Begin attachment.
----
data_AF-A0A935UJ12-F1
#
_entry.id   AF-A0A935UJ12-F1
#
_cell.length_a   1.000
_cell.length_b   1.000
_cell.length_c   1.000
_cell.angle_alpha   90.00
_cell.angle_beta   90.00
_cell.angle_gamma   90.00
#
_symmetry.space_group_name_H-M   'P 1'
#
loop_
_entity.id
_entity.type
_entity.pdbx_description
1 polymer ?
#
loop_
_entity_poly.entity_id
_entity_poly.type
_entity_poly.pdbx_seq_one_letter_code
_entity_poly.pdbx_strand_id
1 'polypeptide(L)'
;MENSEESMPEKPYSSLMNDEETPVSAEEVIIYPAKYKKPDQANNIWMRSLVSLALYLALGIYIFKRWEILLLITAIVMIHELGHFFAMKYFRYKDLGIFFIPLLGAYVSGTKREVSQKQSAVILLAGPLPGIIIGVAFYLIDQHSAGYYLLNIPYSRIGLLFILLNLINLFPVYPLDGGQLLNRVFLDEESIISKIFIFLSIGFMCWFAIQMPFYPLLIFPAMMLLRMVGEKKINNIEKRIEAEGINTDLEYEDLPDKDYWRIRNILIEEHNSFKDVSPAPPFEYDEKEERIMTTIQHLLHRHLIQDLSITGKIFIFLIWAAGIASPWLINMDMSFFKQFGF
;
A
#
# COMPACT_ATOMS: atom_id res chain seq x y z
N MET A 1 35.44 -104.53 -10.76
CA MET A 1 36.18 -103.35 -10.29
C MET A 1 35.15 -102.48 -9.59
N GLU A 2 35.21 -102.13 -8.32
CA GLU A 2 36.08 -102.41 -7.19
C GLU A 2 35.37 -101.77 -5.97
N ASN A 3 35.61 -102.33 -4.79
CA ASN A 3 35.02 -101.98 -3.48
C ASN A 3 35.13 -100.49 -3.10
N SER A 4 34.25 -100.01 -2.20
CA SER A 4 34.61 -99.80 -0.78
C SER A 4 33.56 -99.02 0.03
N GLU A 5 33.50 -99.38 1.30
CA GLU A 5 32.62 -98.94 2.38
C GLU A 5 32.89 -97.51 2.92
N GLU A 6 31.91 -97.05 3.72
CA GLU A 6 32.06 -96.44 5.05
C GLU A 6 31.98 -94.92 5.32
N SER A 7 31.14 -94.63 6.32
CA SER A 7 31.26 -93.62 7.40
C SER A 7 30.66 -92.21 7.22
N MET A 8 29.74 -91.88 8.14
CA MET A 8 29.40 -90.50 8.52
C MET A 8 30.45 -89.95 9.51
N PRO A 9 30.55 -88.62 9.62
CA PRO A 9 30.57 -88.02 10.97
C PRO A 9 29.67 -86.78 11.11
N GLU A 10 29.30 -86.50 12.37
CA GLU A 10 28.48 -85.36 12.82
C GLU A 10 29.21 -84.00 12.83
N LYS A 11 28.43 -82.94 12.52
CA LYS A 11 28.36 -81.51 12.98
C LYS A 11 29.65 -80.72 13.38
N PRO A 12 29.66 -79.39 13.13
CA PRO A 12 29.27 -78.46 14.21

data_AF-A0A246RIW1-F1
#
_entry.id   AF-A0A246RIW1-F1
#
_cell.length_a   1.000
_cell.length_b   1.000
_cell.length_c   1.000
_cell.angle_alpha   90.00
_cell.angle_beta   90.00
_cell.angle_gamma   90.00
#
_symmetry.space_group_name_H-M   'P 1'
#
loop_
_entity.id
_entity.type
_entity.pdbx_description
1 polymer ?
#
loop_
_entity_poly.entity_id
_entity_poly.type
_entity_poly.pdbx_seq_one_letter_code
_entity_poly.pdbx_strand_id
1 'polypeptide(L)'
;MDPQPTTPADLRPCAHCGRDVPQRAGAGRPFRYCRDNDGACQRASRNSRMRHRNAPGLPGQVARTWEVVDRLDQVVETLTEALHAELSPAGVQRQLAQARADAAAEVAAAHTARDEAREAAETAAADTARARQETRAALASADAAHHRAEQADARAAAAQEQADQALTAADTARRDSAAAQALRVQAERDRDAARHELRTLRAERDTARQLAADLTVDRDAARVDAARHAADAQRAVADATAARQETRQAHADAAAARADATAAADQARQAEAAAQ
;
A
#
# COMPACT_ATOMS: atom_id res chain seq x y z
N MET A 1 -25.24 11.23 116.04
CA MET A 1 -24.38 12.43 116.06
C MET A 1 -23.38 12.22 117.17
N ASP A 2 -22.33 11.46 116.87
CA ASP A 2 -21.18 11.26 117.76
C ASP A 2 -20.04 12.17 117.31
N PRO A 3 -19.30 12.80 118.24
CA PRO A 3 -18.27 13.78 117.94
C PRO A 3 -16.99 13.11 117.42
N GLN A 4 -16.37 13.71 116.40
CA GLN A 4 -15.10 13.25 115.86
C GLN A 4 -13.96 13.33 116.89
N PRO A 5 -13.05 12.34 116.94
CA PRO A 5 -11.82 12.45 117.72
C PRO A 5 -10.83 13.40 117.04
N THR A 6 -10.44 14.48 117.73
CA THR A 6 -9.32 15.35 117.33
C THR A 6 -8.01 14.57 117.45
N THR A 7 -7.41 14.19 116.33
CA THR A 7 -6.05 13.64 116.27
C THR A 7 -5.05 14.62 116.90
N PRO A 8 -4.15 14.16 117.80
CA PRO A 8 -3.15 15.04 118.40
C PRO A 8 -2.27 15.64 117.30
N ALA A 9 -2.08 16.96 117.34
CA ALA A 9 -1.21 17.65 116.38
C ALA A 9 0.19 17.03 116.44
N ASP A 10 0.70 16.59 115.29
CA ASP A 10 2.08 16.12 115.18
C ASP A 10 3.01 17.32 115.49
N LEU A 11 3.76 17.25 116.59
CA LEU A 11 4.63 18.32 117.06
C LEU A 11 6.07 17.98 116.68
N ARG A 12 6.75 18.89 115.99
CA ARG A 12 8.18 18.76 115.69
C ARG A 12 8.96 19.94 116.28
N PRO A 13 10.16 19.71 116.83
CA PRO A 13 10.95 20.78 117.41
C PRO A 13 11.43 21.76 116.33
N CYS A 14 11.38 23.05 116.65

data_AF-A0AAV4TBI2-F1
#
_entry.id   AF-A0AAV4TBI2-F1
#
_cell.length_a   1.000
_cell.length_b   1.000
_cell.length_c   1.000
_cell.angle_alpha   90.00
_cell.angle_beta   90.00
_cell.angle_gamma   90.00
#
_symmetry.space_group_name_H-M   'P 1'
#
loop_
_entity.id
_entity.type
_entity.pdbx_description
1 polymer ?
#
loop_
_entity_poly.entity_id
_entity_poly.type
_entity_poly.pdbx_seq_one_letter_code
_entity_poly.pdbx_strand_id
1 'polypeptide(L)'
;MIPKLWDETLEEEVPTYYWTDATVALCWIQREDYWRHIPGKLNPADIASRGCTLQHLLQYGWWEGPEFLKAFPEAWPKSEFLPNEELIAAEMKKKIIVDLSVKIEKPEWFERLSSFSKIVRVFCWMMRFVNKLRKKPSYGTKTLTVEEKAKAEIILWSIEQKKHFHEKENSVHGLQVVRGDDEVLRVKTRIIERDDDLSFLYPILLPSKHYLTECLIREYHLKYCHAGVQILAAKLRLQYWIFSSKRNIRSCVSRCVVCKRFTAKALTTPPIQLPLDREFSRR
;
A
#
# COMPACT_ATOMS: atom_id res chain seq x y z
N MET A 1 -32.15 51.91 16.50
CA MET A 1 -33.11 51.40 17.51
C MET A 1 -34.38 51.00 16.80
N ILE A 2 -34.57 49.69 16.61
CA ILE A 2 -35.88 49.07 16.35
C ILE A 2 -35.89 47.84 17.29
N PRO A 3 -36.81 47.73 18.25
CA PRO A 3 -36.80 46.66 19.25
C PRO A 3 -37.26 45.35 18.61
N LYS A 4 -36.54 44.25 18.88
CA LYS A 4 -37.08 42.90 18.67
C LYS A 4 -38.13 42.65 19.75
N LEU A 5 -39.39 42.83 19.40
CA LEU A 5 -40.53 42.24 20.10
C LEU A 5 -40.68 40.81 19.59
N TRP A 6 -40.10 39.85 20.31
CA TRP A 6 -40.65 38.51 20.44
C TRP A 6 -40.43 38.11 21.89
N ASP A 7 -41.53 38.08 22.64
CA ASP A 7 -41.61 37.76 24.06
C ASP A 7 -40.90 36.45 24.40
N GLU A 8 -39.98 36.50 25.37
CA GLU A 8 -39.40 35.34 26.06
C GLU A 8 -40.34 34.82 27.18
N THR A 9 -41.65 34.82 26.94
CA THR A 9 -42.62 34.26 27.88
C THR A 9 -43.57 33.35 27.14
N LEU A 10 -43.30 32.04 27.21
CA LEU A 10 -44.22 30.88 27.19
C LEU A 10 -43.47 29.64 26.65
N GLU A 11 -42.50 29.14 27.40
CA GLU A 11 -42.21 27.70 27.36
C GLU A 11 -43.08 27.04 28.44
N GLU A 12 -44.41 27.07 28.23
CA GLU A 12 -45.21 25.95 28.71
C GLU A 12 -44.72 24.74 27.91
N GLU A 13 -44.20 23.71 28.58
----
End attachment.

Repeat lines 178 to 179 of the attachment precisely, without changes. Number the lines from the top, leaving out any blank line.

N LEU A 5 -39.39 42.83 19.40
CA LEU A 5 -40.53 42.24 20.10